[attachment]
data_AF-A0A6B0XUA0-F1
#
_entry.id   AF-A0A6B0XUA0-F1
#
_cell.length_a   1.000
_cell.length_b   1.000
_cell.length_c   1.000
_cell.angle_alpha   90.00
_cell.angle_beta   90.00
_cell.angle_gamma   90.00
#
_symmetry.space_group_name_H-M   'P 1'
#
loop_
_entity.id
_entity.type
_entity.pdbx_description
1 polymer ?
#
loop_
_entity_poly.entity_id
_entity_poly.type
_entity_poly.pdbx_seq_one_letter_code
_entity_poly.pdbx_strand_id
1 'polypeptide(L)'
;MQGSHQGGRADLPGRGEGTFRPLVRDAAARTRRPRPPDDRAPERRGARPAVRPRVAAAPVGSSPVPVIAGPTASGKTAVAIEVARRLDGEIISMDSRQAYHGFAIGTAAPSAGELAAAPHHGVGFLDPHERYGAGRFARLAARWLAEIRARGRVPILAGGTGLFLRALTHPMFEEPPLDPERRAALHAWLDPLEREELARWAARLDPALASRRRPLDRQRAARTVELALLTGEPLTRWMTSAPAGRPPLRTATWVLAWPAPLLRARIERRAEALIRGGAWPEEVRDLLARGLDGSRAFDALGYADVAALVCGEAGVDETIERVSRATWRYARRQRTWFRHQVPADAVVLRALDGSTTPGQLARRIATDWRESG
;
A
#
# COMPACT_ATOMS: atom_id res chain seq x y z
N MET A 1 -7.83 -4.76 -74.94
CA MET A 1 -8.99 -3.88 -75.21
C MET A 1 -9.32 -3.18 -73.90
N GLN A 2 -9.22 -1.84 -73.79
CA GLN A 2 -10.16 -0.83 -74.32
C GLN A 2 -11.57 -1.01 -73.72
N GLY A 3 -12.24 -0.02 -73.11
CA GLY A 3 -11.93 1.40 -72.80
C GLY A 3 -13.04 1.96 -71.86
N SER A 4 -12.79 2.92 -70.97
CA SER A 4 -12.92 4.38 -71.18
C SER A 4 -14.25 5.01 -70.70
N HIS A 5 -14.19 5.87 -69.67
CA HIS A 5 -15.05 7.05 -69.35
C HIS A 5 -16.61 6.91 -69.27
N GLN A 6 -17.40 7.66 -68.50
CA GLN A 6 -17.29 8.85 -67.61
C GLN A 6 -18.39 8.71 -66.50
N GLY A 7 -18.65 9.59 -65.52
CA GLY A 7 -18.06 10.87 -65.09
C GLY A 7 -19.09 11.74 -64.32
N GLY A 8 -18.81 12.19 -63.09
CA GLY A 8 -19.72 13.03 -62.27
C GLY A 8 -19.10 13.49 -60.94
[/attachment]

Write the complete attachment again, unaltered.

data_AF-A0A6B0XUA0-F1
#
_entry.id   AF-A0A6B0XUA0-F1
#
_cell.length_a   1.000
_cell.length_b   1.000
_cell.length_c   1.000
_cell.angle_alpha   90.00
_cell.angle_beta   90.00
_cell.angle_gamma   90.00
#
_symmetry.space_group_name_H-M   'P 1'
#
loop_
_entity.id
_entity.type
_entity.pdbx_description
1 polymer ?
#
loop_
_entity_poly.entity_id
_entity_poly.type
_entity_poly.pdbx_seq_one_letter_code
_entity_poly.pdbx_strand_id
1 'polypeptide(L)'
;MQGSHQGGRADLPGRGEGTFRPLVRDAAARTRRPRPPDDRAPERRGARPAVRPRVAAAPVGSSPVPVIAGPTASGKTAVAIEVARRLDGEIISMDSRQAYHGFAIGTAAPSAGELAAAPHHGVGFLDPHERYGAGRFARLAARWLAEIRARGRVPILAGGTGLFLRALTHPMFEEPPLDPERRAALHAWLDPLEREELARWAARLDPALASRRRPLDRQRAARTVELALLTGEPLTRWMTSAPAGRPPLRTATWVLAWPAPLLRARIERRAEALIRGGAWPEEVRDLLARGLDGSRAFDALGYADVAALVCGEAGVDETIERVSRATWRYARRQRTWFRHQVPADAVVLRALDGSTTPGQLARRIATDWRESG
;
A
#
# COMPACT_ATOMS: atom_id res chain seq x y z
N MET A 1 -7.83 -4.76 -74.94
CA MET A 1 -8.99 -3.88 -75.21
C MET A 1 -9.32 -3.18 -73.90
N GLN A 2 -9.22 -1.84 -73.79
CA GLN A 2 -10.16 -0.83 -74.32
C GLN A 2 -11.57 -1.01 -73.72
N GLY A 3 -12.24 -0.02 -73.11
CA GLY A 3 -11.93 1.40 -72.80
C GLY A 3 -13.04 1.96 -71.86
N SER A 4 -12.79 2.92 -70.97
CA SER A 4 -12.92 4.38 -71.18
C SER A 4 -14.25 5.01 -70.70
N HIS A 5 -14.19 5.87 -69.67
CA HIS A 5 -15.05 7.05 -69.35
C HIS A 5 -16.61 6.91 -69.27
N GLN A 6 -17.40 7.66 -68.50
CA GLN A 6 -17.29 8.85 -67.61
C GLN A 6 -18.39 8.71 -66.50
N GLY A 7 -18.65 9.59 -65.52
CA GLY A 7 -18.06 10.87 -65.09
C GLY A 7 -19.09 11.74 -64.32
N GLY A 8 -18.81 12.19 -63.09
CA GLY A 8 -19.72 13.03 -62.27
C GLY A 8 -19.10 13.49 -60.94